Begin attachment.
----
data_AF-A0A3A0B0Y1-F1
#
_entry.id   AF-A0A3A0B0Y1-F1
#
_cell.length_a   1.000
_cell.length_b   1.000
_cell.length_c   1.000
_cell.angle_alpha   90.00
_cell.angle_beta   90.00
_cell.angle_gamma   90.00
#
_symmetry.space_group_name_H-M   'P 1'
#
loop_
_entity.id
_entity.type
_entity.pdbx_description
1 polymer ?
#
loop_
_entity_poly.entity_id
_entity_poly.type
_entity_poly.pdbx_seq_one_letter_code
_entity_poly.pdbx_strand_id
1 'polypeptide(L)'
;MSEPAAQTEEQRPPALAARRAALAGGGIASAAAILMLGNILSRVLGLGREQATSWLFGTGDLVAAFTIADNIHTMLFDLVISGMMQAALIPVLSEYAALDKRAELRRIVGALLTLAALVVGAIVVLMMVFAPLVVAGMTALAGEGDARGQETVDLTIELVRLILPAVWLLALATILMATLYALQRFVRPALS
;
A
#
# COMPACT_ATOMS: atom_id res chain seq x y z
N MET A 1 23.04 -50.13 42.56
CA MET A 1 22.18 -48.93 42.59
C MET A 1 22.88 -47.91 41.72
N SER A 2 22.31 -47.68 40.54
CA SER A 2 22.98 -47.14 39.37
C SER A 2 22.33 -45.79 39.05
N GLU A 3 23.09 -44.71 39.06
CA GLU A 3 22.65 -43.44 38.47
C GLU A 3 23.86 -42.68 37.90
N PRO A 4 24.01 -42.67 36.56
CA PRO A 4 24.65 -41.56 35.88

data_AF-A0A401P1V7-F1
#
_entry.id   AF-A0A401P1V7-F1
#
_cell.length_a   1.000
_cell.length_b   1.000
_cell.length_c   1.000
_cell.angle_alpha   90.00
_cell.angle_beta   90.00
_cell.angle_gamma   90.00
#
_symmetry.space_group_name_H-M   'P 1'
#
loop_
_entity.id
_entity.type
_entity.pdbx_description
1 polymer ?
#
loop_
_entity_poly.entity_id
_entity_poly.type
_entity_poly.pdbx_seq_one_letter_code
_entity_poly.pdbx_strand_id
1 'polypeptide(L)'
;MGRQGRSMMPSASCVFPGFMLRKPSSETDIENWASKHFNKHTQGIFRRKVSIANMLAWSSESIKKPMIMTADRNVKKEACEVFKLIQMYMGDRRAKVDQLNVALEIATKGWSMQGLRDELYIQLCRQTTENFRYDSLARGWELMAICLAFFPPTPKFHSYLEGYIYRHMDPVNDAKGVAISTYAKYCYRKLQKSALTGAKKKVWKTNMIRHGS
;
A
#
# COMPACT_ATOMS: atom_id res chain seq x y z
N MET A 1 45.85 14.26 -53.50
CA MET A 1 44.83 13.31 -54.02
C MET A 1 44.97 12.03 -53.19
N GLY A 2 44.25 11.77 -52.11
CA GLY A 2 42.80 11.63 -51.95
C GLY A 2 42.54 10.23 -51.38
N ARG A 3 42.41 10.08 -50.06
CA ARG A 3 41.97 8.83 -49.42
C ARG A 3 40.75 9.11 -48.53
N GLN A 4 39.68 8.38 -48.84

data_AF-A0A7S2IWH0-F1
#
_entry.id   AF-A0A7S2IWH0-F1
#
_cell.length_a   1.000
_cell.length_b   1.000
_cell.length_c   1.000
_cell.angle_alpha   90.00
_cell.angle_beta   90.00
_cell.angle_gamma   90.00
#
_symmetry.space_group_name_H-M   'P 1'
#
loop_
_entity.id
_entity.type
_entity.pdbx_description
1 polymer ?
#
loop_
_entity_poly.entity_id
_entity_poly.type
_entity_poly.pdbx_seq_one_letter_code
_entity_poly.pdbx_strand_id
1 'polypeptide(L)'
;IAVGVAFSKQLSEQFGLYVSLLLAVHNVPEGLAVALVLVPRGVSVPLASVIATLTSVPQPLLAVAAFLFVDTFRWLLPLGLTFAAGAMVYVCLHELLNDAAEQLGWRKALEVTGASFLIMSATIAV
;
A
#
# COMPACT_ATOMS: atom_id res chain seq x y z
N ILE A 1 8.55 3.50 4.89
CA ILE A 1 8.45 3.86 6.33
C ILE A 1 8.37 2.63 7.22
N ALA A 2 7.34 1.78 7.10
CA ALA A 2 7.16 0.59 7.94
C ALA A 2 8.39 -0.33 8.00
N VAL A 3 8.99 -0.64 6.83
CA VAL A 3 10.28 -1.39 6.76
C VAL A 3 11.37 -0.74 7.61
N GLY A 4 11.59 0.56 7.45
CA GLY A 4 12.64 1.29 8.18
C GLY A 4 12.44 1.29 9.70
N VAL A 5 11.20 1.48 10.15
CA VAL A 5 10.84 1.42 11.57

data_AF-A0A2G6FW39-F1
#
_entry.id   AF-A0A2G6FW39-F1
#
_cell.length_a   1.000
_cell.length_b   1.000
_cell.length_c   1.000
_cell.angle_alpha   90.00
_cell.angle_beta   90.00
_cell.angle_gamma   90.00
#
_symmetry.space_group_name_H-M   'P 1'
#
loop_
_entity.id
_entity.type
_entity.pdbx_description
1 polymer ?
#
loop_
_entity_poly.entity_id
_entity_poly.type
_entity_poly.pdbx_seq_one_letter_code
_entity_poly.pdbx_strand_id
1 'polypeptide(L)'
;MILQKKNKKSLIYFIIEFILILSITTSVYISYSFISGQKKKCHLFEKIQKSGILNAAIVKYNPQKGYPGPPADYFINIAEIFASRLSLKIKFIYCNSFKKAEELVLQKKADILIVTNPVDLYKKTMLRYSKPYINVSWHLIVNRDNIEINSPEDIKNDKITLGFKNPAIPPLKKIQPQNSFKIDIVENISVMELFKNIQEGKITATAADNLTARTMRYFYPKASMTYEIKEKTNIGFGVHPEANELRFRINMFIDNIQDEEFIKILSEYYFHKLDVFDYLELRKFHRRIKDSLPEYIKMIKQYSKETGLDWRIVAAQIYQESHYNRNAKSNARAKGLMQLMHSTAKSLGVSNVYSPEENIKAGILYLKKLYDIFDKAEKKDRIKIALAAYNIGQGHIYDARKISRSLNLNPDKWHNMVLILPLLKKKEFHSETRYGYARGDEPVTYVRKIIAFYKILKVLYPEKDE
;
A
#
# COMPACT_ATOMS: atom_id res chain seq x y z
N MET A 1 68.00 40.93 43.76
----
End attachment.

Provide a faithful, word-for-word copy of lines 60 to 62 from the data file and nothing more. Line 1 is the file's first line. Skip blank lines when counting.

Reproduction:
#
loop_
_entity_poly.entity_id